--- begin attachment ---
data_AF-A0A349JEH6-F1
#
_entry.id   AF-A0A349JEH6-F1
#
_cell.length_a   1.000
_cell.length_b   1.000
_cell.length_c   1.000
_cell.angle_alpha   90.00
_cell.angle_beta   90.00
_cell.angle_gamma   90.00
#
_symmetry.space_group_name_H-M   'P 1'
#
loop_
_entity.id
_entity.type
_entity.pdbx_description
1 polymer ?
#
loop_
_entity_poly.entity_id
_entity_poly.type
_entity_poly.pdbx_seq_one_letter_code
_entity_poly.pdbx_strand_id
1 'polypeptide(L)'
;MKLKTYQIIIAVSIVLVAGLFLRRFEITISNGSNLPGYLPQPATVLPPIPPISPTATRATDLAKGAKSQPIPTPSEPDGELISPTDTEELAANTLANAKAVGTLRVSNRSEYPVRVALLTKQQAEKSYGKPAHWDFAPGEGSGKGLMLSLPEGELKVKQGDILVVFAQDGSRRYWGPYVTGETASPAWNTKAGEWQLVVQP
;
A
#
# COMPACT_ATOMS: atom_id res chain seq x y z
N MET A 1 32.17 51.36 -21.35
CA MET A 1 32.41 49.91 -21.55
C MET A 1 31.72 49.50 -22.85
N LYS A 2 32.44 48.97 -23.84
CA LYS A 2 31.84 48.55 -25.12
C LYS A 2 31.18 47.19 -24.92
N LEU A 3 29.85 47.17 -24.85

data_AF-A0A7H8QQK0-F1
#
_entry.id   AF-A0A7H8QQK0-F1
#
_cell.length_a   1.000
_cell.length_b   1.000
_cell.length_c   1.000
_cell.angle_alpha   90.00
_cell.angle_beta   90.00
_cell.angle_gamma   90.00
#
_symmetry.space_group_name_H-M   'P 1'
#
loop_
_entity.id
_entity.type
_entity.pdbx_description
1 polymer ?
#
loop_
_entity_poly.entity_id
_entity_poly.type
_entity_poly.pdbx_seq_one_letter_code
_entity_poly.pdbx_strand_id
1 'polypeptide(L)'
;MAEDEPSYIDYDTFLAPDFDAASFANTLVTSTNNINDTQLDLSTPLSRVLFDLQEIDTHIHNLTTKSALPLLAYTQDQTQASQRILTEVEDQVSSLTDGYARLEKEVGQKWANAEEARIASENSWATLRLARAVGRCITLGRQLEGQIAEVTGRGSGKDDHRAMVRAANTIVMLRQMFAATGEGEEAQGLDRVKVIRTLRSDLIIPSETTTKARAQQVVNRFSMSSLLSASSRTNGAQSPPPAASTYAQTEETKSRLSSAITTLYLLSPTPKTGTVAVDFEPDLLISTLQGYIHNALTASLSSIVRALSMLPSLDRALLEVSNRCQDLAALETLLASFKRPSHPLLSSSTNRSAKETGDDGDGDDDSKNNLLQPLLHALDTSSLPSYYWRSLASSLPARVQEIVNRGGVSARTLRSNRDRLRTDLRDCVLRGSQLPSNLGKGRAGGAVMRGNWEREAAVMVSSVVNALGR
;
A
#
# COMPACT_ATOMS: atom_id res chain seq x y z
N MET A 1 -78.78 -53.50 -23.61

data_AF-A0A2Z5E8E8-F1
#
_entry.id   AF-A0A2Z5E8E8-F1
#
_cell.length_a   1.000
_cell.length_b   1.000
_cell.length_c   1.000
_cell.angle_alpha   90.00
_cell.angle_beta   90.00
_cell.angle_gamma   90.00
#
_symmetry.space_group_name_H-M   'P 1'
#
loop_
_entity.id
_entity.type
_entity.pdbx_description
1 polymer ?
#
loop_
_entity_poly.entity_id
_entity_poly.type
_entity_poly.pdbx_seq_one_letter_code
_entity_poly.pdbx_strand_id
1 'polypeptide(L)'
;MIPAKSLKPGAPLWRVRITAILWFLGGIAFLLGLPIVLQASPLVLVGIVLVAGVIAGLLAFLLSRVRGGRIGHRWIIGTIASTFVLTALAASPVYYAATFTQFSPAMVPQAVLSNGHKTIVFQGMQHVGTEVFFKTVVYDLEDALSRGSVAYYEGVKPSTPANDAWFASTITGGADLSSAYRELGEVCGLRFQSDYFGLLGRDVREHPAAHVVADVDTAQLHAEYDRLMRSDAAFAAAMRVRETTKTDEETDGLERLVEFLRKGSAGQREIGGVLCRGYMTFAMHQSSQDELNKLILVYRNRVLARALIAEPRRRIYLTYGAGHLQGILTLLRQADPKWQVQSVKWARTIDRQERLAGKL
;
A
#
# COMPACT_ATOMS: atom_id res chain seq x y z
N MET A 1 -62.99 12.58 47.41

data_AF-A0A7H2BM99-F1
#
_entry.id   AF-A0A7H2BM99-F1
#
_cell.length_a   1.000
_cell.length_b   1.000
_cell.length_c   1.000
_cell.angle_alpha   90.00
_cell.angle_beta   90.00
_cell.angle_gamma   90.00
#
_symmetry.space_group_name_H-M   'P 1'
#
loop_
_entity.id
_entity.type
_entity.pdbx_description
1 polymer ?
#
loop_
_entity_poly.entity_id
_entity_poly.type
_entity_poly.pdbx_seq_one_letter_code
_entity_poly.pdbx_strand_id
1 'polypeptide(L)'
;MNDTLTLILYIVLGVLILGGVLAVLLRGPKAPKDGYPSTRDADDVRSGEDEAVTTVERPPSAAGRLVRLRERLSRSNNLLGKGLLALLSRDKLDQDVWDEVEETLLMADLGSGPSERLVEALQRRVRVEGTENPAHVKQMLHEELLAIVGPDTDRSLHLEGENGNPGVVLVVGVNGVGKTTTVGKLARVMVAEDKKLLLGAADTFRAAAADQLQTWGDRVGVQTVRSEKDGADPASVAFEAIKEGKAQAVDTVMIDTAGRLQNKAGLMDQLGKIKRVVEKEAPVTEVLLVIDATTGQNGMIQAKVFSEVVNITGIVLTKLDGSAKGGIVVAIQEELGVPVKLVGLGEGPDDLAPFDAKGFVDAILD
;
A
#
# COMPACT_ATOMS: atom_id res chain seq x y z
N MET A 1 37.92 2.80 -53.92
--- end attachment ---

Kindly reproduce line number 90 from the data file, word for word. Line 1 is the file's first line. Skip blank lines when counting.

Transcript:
_entity_poly.type